4. .NET is constantly evolving at a rapid pace. Some parts of it have just become open-source, which is nothing less than a milestone. Moreover, soon it will be possible to host fully functional .NET web applications on Linux OS. Both of those could have a huge impact on .NET’s popularity and the growth of open-source frameworks, just like they had with Java.

3. How to verify .NET developer skills in the screening phase

IT recruiters can use a few different screening methods to assess .NET developer skills. These can be based on anything from the candidate’s resume, a technical interview or video calls, all the way to online coding tests.

Below you will find some useful and practical recruiting tips to help you verify .NET developer skills using each method.  

3.1. Screening a .NET developer using their resume

As an IT recruiter, you can find some really valuable information in the resumes you get from .NET developers. But to unlock the valuable information they contain, you have to understand what is written there without getting confused by any of the .NET terms they use. If you are technical recruiter looking for a .NET developer, then you should at least be familiar with all of its frameworks, build tools, and other resources in order to know what you are looking for. You should be able to speak the same language as your candidates (or at least understand basics the candidate is talking about).

That’s why we prepared this basic .NET glossary. Take a second to brush up on the terms it contains. 

.NET glossary for technical recruiters

.NET framework versions .NET 1.0 – .NET 4.5.
Languages C#, Visual Basic .NET, F#, C++ .NET
Web frameworks ASP.NET MVC 1-6, ASP.NET Web Api, ASP.NET Web Forms (old school)
Desktop frameworks WPF, Windows Forms (old school)
Communication frameworks* WCF, ASP.NET Web Api, Web Services (old school)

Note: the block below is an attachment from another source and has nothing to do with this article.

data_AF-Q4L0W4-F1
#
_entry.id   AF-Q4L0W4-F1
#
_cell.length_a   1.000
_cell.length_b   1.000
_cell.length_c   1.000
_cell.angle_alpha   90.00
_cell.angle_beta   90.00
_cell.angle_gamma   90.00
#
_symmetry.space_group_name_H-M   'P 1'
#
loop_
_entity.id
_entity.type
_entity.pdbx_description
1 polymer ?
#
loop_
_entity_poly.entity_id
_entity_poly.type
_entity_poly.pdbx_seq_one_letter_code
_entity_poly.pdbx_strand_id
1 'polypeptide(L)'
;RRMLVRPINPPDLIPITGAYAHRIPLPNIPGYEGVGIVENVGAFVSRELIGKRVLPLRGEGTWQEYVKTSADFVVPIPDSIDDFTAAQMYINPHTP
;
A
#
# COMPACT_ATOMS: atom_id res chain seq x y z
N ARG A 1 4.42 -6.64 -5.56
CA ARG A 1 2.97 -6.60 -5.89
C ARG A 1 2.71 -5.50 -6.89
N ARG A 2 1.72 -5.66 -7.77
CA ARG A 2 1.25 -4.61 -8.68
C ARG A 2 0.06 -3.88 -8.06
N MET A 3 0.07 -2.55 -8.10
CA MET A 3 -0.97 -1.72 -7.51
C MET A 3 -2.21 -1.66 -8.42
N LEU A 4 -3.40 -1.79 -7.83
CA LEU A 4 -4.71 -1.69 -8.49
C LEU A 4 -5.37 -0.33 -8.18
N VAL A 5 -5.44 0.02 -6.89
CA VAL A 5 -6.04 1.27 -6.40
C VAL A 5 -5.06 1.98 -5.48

IoC Containers Castle Windsor Container, Unity, Structure Map, Ninject, AutoFac
ORM Entity Framework, nHibernate, Linq2SQL, ADO.NET
C# unit testing frameworks nUnit, SpecFlow, MSTest, xUnit
C# build tools TFS, Team City, Jenkins, Cruise Control .NET

*used to exchange data and create Service Oriented Applications.

Now that you are familiar with .NET basics, we can go into further detail. If you’re not a technical person, then it’s easy to get confused by all the different technology names and abbreviations. If the candidate says that they know C#, does it mean that they are familiar with Visual Basic .NET? Or if the applicant knows ASP.NET MVC 1, does it mean they can also use ASP.NET MVC 3? Just keep on reading and you will get an answer.

The most common .NET technology names that are used interchangeably:

  • ASP.NET, ASP.NET MVC, .NET MVC (Model View Controller)
  • EF, Entity Framework, ADO.NET Entity Framework
  • Windows Communication Foundation, WCF, SOA, Service-Oriented Architecture

How close respective versions of .NET technologies are to each other:   

  • ASP.NET MVC 3/4/5 are similar
  • ASP.NET MVC 1 and ASP.NET MVC 2 are similar
  • ASP.NET MVC 3 is different that ASP.NET MVC 2
  • C# 6.0 is a richer version of C# 5.0 which is a richer version of C# 4.0
  • C# 4.0 is a bit different than C# 3.0
  • C# 3.0 is different than C# 2.0
  • Entity Framework 6.0 is similar to Entity Framework 5.0
  • Entity Framework 5.0 is similar to Entity Framework 4.0

It is also valuable to be aware of following relations:

  • C# is totally different than Visual Basic .NET